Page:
British Columbia is bracing for an election campaign rare in Canadian politics: It pits two parties wooing voters not with tax cuts, but with tax hikes.
A few weeks ago, the B.C. Liberal budget announced tax changes to take effect later in 2013 and 2014. Similar tax increases had already been discussed by the B.C. NDP, so with their budget, the Liberals took the tax-increase platform plank away from the NDP. Last Thursday, the NDP responded as they announced their tax platform – in effect, "doubling down" on tax increases by matching the Liberals and then going still higher. What do the NDP's proposed tax increases mean for B.C.?
The NDP plan raises taxes in four ways.
First, the top provincial income tax rate would increase by 2.2 percentage points. Added to the 2.1 percentage points proposed by the Liberals, this would take the top personal tax rate to 19 per cent from 14.7 per cent for B.C. This would place the top rate as the fourth-highest in Canada, behind only Nova Scotia, Quebec and Ontario.
Second, the NDP would move the corporate income tax rate up by one percentage point. On top of the one-percentage-point increase proposed by the Liberals, this would move the B.C. corporate tax rate up to 12 per cent. B.C. did have the country's lowest corporate rate; under this proposal, B.C. would be in the middle of the pack.
Third, there is a broadening of the carbon tax base to cover "venting emissions." Finally, the corporate capital tax on banks would be reinstated at rate of 3 per cent – although financial institutions headquartered in B.C. would be taxed only at 1 per cent.
A quick analysis of these tax proposals yields insights from three angles: revenue, fairness and efficiency.
I am skeptical about the revenue estimates because they seem to expect taxpayers to avoid responding to the higher tax rates by shifting their activities. Alexandre Laurin of the C.D. Howe Institute has recently shown how this works for personal taxes in B.C., but for corporate income and capital taxes the possibility of tax shifting is still more acute. My view is that the revenue haul from these proposed taxes will not take us very far down the laundry list of spending plans that the B.C. NDP will be announcing during the campaign.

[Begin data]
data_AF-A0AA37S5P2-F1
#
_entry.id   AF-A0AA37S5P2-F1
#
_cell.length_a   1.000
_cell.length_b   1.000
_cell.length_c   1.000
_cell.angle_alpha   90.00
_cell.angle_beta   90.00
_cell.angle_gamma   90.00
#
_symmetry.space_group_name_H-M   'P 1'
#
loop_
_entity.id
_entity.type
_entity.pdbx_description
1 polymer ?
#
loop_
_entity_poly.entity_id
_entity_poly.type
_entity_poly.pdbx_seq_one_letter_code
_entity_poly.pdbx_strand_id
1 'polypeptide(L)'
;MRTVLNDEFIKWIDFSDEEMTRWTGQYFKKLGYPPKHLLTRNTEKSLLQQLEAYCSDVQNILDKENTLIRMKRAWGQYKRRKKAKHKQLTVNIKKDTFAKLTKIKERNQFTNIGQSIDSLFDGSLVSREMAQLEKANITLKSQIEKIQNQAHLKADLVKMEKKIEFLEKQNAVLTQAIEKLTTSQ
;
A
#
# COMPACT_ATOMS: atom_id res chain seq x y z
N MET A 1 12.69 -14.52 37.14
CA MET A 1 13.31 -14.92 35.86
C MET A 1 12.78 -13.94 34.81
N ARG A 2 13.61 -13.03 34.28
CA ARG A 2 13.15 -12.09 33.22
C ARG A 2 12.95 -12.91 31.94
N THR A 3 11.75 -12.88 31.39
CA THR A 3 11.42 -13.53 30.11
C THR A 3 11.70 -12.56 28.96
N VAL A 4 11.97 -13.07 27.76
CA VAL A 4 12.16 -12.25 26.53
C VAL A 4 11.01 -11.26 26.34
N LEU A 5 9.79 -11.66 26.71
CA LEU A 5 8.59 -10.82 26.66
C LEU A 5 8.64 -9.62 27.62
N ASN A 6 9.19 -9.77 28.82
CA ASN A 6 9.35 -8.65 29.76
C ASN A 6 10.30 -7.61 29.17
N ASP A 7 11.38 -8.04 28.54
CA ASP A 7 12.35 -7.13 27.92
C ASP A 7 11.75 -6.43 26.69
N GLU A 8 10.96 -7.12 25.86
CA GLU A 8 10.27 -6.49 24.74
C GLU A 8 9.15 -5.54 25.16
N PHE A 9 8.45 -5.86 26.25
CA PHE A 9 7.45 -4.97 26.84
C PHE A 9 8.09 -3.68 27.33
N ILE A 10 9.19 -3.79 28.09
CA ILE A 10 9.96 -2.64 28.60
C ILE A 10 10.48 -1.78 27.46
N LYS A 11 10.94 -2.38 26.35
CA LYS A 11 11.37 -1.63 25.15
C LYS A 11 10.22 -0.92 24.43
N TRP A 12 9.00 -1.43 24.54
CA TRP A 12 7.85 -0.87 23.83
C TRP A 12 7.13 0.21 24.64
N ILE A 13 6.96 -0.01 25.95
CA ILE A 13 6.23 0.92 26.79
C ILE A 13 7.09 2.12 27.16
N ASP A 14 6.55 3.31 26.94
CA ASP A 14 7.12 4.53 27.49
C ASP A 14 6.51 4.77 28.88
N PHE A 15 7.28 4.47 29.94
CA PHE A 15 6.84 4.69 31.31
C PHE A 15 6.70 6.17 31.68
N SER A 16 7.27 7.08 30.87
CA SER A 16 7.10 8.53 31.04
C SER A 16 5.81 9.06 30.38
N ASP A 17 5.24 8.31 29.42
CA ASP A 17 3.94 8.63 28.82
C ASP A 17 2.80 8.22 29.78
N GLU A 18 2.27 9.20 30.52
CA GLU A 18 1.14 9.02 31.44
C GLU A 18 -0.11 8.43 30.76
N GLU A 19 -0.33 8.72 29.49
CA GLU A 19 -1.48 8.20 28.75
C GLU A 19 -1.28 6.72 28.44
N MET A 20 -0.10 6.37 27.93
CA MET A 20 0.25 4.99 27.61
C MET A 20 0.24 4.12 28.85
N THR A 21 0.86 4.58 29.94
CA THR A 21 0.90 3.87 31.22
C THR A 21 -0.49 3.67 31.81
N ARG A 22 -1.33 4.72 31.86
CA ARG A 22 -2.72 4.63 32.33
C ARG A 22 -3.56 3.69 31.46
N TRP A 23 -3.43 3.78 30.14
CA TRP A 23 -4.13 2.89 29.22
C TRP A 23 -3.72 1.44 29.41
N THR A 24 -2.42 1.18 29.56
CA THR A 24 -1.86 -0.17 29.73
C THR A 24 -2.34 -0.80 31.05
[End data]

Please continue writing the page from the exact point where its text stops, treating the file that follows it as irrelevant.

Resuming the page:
Tax systems rely on perceptions of fairness. The rise in income inequality among the highest earners has led many Canadians to demand a shift in the distribution of tax obligations – some people reasonably wonder whether those among us who have done best over the past decades can shoulder more of the burden. The personal income tax hikes in the NDP plan accord with these desires. However, taxing corporations and banks more heavily is less well-motivated. Big pension funds such as the Canada Pension Plan Investment Board are heavy investors in banks, for example. These taxes on banks and other corporations will catch some well-off people, but they will also catch many Canadians who are not well off. We should always be on guard against the faulty thinking that corporations are people. In my view, the personal income tax is the right tool to address equity concerns, not corporate taxes.
The efficiency of our economy is the underpinning of future prosperity. A sound environment for investment provides the growth we need for the economy of tomorrow. On this front, the focus on corporate income taxes might be questioned – and the capital tax is even worse. The research of economist Bev Dahlby suggests that the loss in economic efficiency from poorly designed corporate taxes is very high. Taxing the sources of economic growth is unlikely to generate more economic growth.
The campaign in B.C. is just beginning. We will hear more from the B.C. NDP on its spending plans in the weeks that come, and it is likely the B.C. Liberals will respond with further economic proposals. The voters of B.C. should pay attention to gather information for their upcoming ballot.
For all Canadians, this B.C. election presents something of a novelty: An election campaign fought not on tax cuts, but on big versus bigger tax increases. The outcome of a campaign fought on this basis might carry lessons for other provinces as well.
Kevin Milligan is an associate professor of economics at the University of British Columbia's Vancouver School of Economics.